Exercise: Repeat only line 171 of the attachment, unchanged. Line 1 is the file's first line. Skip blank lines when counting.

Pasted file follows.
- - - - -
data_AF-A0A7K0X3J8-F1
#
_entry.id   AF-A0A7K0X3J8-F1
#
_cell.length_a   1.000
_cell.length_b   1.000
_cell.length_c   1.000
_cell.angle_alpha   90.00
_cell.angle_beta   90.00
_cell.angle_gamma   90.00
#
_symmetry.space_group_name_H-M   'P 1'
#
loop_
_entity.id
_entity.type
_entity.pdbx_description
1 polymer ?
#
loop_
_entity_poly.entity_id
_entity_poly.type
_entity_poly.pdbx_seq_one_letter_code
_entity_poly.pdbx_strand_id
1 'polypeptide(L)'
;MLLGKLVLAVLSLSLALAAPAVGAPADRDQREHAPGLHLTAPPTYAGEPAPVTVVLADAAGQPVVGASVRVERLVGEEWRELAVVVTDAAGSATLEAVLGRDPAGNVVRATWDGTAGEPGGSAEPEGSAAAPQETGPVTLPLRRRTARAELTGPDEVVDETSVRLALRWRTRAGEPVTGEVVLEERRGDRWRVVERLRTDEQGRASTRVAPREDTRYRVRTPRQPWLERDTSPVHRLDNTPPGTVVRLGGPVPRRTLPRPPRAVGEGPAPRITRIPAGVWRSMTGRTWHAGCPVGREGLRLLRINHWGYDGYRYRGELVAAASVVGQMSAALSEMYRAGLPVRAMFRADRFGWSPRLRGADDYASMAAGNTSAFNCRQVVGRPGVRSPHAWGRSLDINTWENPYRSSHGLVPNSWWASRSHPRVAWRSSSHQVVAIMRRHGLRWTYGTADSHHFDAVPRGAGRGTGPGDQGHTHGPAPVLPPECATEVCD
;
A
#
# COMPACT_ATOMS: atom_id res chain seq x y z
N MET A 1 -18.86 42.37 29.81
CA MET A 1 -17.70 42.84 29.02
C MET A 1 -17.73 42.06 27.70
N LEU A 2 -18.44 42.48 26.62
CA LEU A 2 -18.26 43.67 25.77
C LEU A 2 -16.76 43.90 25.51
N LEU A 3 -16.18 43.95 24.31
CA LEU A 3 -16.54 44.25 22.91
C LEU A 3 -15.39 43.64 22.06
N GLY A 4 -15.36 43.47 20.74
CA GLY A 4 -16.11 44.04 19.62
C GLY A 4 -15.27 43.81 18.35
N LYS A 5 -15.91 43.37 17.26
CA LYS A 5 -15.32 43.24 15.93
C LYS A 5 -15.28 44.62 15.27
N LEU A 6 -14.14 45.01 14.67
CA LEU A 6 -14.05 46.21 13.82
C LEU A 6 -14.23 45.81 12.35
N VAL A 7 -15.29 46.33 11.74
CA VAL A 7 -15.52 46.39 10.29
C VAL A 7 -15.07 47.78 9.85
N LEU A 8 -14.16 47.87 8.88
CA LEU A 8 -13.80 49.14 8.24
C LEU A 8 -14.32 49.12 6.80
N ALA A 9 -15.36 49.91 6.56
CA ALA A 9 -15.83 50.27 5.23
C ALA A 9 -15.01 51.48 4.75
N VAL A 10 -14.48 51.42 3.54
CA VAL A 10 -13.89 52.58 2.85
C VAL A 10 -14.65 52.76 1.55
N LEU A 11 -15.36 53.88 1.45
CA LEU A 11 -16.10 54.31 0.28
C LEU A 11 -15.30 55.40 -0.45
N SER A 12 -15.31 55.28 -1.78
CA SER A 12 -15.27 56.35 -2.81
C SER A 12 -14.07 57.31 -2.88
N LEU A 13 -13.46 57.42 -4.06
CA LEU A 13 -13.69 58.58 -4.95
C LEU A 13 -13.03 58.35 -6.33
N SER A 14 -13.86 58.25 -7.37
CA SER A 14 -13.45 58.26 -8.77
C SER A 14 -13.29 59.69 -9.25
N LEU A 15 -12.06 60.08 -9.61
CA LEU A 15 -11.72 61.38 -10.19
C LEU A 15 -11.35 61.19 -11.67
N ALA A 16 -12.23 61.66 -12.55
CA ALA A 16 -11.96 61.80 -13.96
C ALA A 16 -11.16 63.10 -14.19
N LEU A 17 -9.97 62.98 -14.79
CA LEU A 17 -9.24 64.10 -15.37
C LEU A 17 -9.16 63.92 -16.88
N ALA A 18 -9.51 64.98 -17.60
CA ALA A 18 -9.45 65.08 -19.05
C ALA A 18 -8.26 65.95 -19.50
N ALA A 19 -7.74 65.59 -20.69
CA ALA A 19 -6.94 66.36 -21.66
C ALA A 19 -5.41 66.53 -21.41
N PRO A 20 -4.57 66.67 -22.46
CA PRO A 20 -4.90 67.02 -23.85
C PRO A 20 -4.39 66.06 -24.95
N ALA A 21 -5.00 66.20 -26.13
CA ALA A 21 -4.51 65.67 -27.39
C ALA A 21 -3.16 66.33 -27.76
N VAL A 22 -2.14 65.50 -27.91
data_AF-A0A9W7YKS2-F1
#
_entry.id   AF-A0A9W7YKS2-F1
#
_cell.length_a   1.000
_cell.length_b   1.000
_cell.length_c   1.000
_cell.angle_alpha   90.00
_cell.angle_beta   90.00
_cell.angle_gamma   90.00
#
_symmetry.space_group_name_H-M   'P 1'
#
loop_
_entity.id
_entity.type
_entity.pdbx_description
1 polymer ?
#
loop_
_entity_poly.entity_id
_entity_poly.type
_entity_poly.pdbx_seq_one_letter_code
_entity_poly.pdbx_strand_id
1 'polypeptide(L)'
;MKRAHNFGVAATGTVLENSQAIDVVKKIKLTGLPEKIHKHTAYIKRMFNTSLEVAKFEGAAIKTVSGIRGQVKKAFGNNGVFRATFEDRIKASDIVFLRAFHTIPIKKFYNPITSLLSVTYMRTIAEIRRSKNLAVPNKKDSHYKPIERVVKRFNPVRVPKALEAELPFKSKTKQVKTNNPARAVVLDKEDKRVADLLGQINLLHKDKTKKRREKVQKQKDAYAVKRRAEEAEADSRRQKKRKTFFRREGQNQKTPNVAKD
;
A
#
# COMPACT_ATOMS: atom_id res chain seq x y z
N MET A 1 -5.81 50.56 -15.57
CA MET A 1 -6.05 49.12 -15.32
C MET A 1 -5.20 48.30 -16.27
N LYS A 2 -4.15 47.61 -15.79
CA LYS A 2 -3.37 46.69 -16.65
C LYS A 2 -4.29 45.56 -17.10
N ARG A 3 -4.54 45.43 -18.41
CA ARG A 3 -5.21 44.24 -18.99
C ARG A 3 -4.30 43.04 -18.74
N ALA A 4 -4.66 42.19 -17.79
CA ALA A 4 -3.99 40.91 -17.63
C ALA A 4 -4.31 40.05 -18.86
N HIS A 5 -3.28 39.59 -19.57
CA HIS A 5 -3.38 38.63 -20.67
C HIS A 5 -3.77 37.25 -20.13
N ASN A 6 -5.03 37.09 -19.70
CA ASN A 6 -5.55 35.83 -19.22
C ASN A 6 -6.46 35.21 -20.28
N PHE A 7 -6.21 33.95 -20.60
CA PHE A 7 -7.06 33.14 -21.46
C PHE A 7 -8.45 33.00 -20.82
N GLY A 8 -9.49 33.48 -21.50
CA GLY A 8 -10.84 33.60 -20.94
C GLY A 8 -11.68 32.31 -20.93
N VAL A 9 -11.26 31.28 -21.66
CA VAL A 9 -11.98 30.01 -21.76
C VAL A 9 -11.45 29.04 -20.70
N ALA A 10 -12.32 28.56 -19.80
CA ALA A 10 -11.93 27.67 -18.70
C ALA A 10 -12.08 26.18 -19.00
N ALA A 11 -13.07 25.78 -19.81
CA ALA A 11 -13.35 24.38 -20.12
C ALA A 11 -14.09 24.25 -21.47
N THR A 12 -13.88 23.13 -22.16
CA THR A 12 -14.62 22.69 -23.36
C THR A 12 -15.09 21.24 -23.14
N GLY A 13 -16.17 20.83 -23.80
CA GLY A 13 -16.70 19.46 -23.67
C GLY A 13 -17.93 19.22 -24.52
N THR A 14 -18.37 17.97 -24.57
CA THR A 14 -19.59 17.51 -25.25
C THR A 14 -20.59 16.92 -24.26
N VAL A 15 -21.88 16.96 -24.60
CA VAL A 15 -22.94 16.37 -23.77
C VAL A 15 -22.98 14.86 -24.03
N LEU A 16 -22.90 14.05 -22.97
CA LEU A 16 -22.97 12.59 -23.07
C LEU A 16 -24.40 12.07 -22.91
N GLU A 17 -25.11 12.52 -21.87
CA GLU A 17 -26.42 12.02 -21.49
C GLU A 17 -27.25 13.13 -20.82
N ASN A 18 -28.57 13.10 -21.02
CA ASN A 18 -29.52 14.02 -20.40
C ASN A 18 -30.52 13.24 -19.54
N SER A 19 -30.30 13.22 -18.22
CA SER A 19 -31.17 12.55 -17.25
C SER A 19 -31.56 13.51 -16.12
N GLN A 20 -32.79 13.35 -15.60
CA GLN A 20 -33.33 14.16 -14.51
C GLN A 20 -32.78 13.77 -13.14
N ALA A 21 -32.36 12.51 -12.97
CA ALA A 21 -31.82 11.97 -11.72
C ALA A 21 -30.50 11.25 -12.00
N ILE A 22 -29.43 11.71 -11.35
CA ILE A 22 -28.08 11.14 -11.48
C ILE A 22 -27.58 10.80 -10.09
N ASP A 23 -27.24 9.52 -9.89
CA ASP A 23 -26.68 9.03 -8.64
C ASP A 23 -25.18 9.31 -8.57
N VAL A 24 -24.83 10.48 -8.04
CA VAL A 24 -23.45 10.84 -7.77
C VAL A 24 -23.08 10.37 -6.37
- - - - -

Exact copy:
CA LEU A 16 -22.97 12.59 -23.07